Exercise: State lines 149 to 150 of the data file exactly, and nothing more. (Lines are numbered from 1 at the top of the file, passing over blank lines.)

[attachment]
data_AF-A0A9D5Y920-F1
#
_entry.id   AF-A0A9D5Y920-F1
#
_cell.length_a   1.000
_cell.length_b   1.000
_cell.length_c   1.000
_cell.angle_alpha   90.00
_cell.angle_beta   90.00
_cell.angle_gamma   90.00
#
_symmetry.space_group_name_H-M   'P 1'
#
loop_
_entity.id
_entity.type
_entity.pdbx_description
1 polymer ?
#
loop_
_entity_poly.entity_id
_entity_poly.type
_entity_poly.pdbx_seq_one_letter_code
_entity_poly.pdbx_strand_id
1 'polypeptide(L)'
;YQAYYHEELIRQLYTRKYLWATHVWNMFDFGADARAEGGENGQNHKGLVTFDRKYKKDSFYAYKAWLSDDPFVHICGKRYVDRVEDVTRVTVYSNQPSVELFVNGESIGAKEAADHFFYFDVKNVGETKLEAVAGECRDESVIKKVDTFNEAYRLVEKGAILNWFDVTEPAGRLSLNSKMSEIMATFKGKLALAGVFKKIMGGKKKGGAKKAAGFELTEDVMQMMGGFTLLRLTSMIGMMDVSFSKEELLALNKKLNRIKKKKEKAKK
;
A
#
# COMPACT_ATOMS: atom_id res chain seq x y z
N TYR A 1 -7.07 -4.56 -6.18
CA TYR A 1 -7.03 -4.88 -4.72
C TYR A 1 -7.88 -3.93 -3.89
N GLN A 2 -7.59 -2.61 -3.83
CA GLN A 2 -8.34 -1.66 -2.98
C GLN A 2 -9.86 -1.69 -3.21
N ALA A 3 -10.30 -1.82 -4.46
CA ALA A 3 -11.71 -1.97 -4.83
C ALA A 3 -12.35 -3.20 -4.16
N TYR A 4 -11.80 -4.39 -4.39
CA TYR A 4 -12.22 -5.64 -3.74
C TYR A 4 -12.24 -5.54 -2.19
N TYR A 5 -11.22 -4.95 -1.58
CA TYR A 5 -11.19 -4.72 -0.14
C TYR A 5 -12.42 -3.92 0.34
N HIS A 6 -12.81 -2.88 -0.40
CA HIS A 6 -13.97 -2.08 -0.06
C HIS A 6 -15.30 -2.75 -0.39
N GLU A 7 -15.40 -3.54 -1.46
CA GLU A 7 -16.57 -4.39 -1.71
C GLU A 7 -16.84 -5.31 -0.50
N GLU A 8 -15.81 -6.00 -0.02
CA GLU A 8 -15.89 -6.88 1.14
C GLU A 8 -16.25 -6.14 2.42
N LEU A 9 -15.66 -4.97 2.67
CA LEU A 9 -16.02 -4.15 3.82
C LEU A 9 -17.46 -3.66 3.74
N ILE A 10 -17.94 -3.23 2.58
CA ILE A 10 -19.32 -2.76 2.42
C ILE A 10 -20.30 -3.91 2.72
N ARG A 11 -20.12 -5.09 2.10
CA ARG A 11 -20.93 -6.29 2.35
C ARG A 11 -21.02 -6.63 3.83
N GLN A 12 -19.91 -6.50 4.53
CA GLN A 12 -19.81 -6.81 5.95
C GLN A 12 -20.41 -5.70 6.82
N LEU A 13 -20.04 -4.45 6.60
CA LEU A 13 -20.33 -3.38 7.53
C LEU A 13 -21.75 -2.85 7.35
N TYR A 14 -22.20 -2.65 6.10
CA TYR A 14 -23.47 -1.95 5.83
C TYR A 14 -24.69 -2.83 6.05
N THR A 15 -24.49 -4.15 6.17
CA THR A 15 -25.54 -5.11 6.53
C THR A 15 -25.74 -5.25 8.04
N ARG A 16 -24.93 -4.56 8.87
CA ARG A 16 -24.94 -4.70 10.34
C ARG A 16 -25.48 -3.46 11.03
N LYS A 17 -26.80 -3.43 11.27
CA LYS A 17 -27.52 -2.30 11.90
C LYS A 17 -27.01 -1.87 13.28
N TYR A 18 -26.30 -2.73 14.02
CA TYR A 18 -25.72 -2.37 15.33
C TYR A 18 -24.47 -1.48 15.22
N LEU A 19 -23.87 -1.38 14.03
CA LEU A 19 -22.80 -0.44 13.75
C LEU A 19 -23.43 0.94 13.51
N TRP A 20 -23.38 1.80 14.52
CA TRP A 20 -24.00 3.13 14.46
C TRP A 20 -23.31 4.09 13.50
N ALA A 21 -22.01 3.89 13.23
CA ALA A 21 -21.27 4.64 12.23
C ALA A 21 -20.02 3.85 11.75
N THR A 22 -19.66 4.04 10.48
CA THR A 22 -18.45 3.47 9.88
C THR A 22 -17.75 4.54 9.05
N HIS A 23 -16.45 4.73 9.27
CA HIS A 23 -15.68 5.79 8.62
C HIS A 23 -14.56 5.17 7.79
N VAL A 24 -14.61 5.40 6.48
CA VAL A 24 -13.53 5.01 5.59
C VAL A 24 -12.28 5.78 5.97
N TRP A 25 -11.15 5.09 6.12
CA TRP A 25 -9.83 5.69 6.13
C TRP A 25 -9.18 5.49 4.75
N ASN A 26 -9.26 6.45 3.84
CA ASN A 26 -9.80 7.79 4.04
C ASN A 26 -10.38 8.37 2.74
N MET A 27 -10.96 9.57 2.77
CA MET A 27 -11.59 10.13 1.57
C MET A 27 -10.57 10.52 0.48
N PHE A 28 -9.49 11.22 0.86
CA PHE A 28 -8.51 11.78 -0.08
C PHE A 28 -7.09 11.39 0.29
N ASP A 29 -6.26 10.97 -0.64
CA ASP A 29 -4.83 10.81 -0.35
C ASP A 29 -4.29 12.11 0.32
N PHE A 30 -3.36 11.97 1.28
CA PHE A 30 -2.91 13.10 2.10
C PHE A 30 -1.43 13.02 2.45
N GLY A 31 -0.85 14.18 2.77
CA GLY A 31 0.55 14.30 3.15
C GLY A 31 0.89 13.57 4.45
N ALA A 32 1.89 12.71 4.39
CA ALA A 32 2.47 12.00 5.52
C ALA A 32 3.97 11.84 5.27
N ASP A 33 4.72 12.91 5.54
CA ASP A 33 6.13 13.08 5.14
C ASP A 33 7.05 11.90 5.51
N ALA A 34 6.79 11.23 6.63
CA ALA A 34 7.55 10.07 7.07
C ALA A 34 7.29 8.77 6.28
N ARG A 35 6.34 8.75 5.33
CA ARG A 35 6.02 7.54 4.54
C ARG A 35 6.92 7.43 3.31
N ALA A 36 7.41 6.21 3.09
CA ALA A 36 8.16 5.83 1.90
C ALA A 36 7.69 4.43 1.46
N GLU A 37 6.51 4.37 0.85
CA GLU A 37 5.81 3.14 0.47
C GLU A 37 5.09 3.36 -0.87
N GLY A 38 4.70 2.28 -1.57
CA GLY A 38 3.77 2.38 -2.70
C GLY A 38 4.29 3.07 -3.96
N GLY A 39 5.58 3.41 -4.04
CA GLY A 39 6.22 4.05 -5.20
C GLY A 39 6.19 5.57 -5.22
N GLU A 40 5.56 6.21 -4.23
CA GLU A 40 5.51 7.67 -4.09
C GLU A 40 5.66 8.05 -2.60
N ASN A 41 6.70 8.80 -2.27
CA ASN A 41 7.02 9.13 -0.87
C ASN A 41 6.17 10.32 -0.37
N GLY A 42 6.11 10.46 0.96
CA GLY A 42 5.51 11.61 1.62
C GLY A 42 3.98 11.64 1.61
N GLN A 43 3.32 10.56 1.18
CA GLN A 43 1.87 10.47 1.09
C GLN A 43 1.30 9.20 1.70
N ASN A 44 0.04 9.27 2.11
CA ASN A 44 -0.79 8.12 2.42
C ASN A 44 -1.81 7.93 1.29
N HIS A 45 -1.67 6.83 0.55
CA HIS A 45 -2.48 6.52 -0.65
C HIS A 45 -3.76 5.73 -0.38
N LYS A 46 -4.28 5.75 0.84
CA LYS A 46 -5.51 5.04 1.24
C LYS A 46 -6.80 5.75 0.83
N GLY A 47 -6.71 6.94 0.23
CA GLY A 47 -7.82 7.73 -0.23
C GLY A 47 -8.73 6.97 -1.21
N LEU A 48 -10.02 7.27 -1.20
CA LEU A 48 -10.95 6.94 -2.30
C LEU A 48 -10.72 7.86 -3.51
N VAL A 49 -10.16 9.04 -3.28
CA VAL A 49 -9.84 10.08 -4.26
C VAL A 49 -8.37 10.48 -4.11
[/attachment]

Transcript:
CA GLU A 40 5.51 7.67 -4.09
C GLU A 40 5.66 8.05 -2.60